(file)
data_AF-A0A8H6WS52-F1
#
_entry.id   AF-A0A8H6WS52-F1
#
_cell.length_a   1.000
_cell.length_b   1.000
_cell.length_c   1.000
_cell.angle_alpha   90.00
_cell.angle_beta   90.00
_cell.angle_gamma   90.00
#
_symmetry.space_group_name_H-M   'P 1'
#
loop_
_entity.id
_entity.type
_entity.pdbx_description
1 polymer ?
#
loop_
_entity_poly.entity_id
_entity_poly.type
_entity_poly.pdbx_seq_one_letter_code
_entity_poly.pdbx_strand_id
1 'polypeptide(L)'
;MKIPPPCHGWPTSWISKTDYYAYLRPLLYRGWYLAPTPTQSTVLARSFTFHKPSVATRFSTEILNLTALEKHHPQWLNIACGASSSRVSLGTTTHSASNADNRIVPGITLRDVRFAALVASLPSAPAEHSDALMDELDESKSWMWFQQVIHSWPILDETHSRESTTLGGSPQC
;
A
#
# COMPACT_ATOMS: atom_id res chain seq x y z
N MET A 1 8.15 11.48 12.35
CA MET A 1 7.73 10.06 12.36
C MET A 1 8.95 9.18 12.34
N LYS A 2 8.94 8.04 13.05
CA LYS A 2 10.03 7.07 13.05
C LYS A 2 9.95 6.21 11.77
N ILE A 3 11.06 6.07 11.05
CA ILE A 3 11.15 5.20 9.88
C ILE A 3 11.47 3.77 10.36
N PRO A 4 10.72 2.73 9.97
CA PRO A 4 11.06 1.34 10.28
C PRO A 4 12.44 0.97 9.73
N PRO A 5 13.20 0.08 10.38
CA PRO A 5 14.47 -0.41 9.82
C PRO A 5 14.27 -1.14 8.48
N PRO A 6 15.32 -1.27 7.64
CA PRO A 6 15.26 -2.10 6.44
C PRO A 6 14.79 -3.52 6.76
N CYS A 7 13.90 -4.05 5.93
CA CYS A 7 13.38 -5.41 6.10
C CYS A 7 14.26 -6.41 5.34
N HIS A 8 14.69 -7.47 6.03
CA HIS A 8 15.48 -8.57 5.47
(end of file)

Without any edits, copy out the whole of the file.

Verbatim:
data_AF-A0A8H6WS52-F1
#
_entry.id   AF-A0A8H6WS52-F1
#
_cell.length_a   1.000
_cell.length_b   1.000
_cell.length_c   1.000
_cell.angle_alpha   90.00
_cell.angle_beta   90.00
_cell.angle_gamma   90.00
#
_symmetry.space_group_name_H-M   'P 1'
#
loop_
_entity.id
_entity.type
_entity.pdbx_description
1 polymer ?
#
loop_
_entity_poly.entity_id
_entity_poly.type
_entity_poly.pdbx_seq_one_letter_code
_entity_poly.pdbx_strand_id
1 'polypeptide(L)'
;MKIPPPCHGWPTSWISKTDYYAYLRPLLYRGWYLAPTPTQSTVLARSFTFHKPSVATRFSTEILNLTALEKHHPQWLNIACGASSSRVSLGTTTHSASNADNRIVPGITLRDVRFAALVASLPSAPAEHSDALMDELDESKSWMWFQQVIHSWPILDETHSRESTTLGGSPQC
;
A
#
# COMPACT_ATOMS: atom_id res chain seq x y z
N MET A 1 8.15 11.48 12.35
CA MET A 1 7.73 10.06 12.36
C MET A 1 8.95 9.18 12.34
N LYS A 2 8.94 8.04 13.05
CA LYS A 2 10.03 7.07 13.05
C LYS A 2 9.95 6.21 11.77
N ILE A 3 11.06 6.07 11.05
CA ILE A 3 11.15 5.20 9.88
C ILE A 3 11.47 3.77 10.36
N PRO A 4 10.72 2.73 9.97
CA PRO A 4 11.06 1.34 10.28
C PRO A 4 12.44 0.97 9.73
N PRO A 5 13.20 0.08 10.38
CA PRO A 5 14.47 -0.41 9.82
C PRO A 5 14.27 -1.14 8.48
N PRO A 6 15.32 -1.27 7.64
CA PRO A 6 15.26 -2.10 6.44
C PRO A 6 14.79 -3.52 6.76
N CYS A 7 13.90 -4.05 5.93
CA CYS A 7 13.38 -5.41 6.10
C CYS A 7 14.26 -6.41 5.34
N HIS A 8 14.69 -7.47 6.03
CA HIS A 8 15.48 -8.57 5.47